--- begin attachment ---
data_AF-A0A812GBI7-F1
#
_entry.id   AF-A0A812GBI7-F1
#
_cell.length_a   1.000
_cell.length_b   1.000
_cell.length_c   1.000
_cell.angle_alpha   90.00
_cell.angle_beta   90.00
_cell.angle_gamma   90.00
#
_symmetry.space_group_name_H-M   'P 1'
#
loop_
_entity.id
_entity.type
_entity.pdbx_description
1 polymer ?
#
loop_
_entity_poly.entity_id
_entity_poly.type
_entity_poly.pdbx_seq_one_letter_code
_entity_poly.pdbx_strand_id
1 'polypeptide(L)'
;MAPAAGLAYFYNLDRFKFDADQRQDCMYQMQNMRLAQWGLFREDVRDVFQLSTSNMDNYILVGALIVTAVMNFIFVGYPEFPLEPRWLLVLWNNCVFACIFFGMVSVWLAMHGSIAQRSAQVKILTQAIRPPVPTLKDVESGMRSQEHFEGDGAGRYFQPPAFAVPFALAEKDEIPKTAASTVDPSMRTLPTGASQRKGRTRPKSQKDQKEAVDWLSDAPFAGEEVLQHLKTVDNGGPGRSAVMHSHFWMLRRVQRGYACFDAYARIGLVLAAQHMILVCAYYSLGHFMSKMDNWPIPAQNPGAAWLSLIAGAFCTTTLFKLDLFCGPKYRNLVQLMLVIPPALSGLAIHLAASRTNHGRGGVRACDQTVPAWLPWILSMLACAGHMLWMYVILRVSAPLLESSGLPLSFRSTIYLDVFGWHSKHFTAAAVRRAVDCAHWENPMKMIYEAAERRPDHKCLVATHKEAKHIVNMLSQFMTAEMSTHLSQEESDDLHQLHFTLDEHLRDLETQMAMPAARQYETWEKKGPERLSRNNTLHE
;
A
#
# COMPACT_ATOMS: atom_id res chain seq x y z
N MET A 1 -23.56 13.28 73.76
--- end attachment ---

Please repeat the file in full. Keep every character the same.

data_AF-A0A812GBI7-F1
#
_entry.id   AF-A0A812GBI7-F1
#
_cell.length_a   1.000
_cell.length_b   1.000
_cell.length_c   1.000
_cell.angle_alpha   90.00
_cell.angle_beta   90.00
_cell.angle_gamma   90.00
#
_symmetry.space_group_name_H-M   'P 1'
#
loop_
_entity.id
_entity.type
_entity.pdbx_description
1 polymer ?
#
loop_
_entity_poly.entity_id
_entity_poly.type
_entity_poly.pdbx_seq_one_letter_code
_entity_poly.pdbx_strand_id
1 'polypeptide(L)'
;MAPAAGLAYFYNLDRFKFDADQRQDCMYQMQNMRLAQWGLFREDVRDVFQLSTSNMDNYILVGALIVTAVMNFIFVGYPEFPLEPRWLLVLWNNCVFACIFFGMVSVWLAMHGSIAQRSAQVKILTQAIRPPVPTLKDVESGMRSQEHFEGDGAGRYFQPPAFAVPFALAEKDEIPKTAASTVDPSMRTLPTGASQRKGRTRPKSQKDQKEAVDWLSDAPFAGEEVLQHLKTVDNGGPGRSAVMHSHFWMLRRVQRGYACFDAYARIGLVLAAQHMILVCAYYSLGHFMSKMDNWPIPAQNPGAAWLSLIAGAFCTTTLFKLDLFCGPKYRNLVQLMLVIPPALSGLAIHLAASRTNHGRGGVRACDQTVPAWLPWILSMLACAGHMLWMYVILRVSAPLLESSGLPLSFRSTIYLDVFGWHSKHFTAAAVRRAVDCAHWENPMKMIYEAAERRPDHKCLVATHKEAKHIVNMLSQFMTAEMSTHLSQEESDDLHQLHFTLDEHLRDLETQMAMPAARQYETWEKKGPERLSRNNTLHE
;
A
#
# COMPACT_ATOMS: atom_id res chain seq x y z
N MET A 1 -23.56 13.28 73.76